Controversial Ohio State power plant incurs delays, rising costs

Originally scheduled to be completed in December 2021 at a cost of $278 million, the still-unfinished power plant is now slated to open this fall at a cost of $420.8 million.
The CHP plant at Ohio State
The CHP plant at Ohio StateTaylor Dorrell

Students and community members gathered outside the planned site of Ohio State University’s new $278 million gas power plant in September 2021 demanding a halt to the construction. 

“[OSU] claims one thing [about investing in renewables] and then they do the other,” environmental science student Katy Jobe said at the protest, which took place just months before the plant was due to be completed. Two years later, however, the plant is still unfinished, and the costs have risen to $420.8 million.

Gas Plant on Campus

The combined heat and power (CHP) plant originated as a $278 million plan to “cut carbon emissions by more than 30 percent in its first full year of operations,” according to the Ohio Power Siting Board. The Siting Board also said the plant would generate 105.5 megawatts of electricity using “exhaust energy from natural gas combustion turbine generators to produce high pressure superheated steam through heat recovery steam generators,” 

Plans for the gas plant were approved by the Public Utilities Commission of Ohio (PUCO) in September 2020 before its chair, Sam Randazzo, a longtime critic of clean energy, stepped down one year into his first term. In November 2020, the FBI searched Randazzo’s home in connection to an alleged $4.3 million in bribes received from First Energy; he was indicted in December 2023.

The CHP plant was praised by the university as a step toward its 2050 carbon neutral goal. But critics have charged that a power plant relying on fracked gas isn’t clean energy. “The environmental injustices associated with fracking, including the negative environmental effects, negative health outcomes in nearby communities, and the effects of natural disasters, which disproportionately harm marginalized communities, have not been prioritized in the planning and construction of the CHP plant,” read a statement signed by multiple student organizations.

In the same statement, these groups called into question the 30 percent emissions cut, which they said overlooks the fact that more energy will be needed with all of the new buildings and ignores “the fugitive emissions released at the point of [gas] extraction.” 

OSU has maintained that the CHP plant was the most realistic option for reducing emissions and providing energy for new projects. But the Sierra Club sought to block the construction of the plant, with the environmental organization arguing that it went against decarbonization plans and citing a 2021 Ohio law that requires the state to approve only projects that represent ​“the minimum adverse environmental impact.”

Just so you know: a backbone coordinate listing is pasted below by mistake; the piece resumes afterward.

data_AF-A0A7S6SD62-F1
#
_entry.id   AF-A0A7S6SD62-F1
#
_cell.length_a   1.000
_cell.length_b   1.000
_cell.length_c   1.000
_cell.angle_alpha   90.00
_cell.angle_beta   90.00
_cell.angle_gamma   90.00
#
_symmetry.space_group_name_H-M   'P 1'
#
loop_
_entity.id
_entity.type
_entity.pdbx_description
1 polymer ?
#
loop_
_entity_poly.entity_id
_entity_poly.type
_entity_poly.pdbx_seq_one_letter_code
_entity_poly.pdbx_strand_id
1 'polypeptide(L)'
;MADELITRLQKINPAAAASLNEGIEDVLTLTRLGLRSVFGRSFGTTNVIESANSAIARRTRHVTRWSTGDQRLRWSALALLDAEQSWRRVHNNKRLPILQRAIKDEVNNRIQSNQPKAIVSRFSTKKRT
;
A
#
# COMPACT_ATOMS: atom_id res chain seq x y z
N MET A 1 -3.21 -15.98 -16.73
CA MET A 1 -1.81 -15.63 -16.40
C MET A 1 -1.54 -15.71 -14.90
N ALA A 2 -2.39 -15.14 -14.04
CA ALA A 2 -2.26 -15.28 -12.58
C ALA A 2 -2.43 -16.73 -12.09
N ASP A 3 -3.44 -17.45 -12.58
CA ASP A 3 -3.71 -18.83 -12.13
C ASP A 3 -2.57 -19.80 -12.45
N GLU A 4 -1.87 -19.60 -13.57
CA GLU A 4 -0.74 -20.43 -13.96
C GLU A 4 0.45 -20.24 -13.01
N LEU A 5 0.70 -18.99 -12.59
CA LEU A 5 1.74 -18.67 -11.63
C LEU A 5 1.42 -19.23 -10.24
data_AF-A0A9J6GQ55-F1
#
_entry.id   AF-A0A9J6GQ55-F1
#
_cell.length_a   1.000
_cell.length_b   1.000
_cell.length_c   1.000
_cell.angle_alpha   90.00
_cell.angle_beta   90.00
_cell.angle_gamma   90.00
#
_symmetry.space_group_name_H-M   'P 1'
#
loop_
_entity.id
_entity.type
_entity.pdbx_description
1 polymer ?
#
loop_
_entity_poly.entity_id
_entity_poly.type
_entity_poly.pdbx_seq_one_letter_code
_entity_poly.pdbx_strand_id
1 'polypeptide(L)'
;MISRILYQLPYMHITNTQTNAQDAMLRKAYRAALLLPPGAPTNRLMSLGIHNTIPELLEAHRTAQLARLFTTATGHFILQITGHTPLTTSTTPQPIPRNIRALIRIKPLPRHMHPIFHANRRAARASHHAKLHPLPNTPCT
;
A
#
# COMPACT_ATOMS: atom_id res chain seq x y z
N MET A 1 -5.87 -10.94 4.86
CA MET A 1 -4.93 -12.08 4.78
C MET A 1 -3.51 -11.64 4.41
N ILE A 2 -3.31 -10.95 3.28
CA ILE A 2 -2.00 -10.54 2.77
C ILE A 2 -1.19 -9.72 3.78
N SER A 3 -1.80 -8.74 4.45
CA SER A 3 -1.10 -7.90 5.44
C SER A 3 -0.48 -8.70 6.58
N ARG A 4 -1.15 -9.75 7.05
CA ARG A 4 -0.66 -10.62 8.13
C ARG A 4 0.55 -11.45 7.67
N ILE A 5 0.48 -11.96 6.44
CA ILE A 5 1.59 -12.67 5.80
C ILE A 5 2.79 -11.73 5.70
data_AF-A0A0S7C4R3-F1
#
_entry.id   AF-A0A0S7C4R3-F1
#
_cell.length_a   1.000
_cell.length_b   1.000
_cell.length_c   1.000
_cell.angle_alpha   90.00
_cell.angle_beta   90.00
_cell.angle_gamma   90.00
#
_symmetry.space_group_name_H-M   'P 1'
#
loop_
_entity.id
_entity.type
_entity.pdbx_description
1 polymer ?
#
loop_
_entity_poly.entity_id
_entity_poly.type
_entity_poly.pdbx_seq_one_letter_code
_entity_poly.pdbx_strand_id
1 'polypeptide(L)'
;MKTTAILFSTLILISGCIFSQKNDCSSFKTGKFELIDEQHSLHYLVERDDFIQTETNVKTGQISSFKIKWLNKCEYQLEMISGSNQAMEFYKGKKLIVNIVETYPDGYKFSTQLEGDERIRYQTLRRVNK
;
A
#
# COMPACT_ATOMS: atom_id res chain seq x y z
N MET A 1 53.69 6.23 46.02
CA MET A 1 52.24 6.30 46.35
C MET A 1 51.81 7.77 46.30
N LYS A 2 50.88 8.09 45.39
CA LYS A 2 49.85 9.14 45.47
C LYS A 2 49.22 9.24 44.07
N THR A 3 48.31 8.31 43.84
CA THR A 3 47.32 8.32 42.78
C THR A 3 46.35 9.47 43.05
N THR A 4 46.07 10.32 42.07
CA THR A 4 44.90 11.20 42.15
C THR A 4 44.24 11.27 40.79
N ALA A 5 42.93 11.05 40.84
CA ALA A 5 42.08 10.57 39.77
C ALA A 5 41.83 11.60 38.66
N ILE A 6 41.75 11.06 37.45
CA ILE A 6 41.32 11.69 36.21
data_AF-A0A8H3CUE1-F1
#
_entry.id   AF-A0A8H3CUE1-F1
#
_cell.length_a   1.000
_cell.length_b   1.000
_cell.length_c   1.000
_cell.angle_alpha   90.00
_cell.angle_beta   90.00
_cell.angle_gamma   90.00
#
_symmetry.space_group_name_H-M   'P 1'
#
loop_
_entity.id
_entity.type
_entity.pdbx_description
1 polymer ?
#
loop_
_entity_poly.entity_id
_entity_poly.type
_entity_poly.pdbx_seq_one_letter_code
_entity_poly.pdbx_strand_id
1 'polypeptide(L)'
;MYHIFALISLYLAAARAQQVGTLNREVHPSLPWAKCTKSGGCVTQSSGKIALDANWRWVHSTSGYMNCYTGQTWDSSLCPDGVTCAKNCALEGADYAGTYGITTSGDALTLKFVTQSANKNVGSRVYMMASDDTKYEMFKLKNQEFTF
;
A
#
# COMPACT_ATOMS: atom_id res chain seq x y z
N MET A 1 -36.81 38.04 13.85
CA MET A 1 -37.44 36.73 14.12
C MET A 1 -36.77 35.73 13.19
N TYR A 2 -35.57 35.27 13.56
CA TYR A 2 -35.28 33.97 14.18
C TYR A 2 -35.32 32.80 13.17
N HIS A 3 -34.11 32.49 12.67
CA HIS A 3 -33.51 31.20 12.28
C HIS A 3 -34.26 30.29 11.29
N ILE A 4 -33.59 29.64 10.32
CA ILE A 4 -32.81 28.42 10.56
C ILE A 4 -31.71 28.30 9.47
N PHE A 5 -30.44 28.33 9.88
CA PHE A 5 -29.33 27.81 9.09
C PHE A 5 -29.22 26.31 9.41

Privatizing Public Energy

Before developing plans to build a new gas plant on OSU’s campus, the school sold its energy infrastructure in 2017 for more than $1 billion to two private French companies: the investment firm Axium Infrastructure and the gas and electricity supplier ENGIE. Together they formed the joint venture Ohio State Energy Partners (OSEP) to operate the university’s heating, cooling and power, with plans to build the gas plant. 

In a press release, Ohio State said the privatization effort provided ​“sustainability and high-quality, efficient operations.” As a part of the deal, the university pays OSEP at least $54 million a year for its services. Geoff Chatas, who oversaw the privatization deal in his former role as senior vice president for business and finance at OSU, was also the prime mover behind the privatization of the university’s parking. 

Two Years Later and an Extra $140 Million Over

The $278 million plant was originally scheduled to be completed in December 2021. Construction began across from the OSU Veterinary Hospital and greenhouses in late 2020, with the pandemic and other factors combining to delay completion until early 2023. This date was later pushed back, with the price tag increasing to $289.9 million. 

In August 2022, construction halted as OSEP issued notices of default and termination to the original contractor of the project, New York-based Frank Lill and Son. After two years of construction, the university brought in a new contractor to take on the already complex project. In October 2022, Florida-based MasTec stepped in to finish the plant, targeting the end of 2023 for completion. But by February 2023, the date and budget were again changed, this time rising to about $300 million and with a targeted completion date of February 2024.  

OSU spokesperson Ben Johnson told Matter News that the current plan for the plant is to “open in the fall of 2024” at a cost of $420.8 million. (In a follow-up email, Johnson said university funding for the project has only increased by $26 million, or roughly 20 percent of the total increase.)

Anagha Velamakanni, then OSU co-chair of the Young Democratic Socialists of America, told me in 2021 that the gas plant wasn’t just going to affect her and her classmates, but also generations to come. ​“After I graduate, guess what’s still going to be there?” Velamakanni said. ​“The plant.” 

She graduated in 2022.

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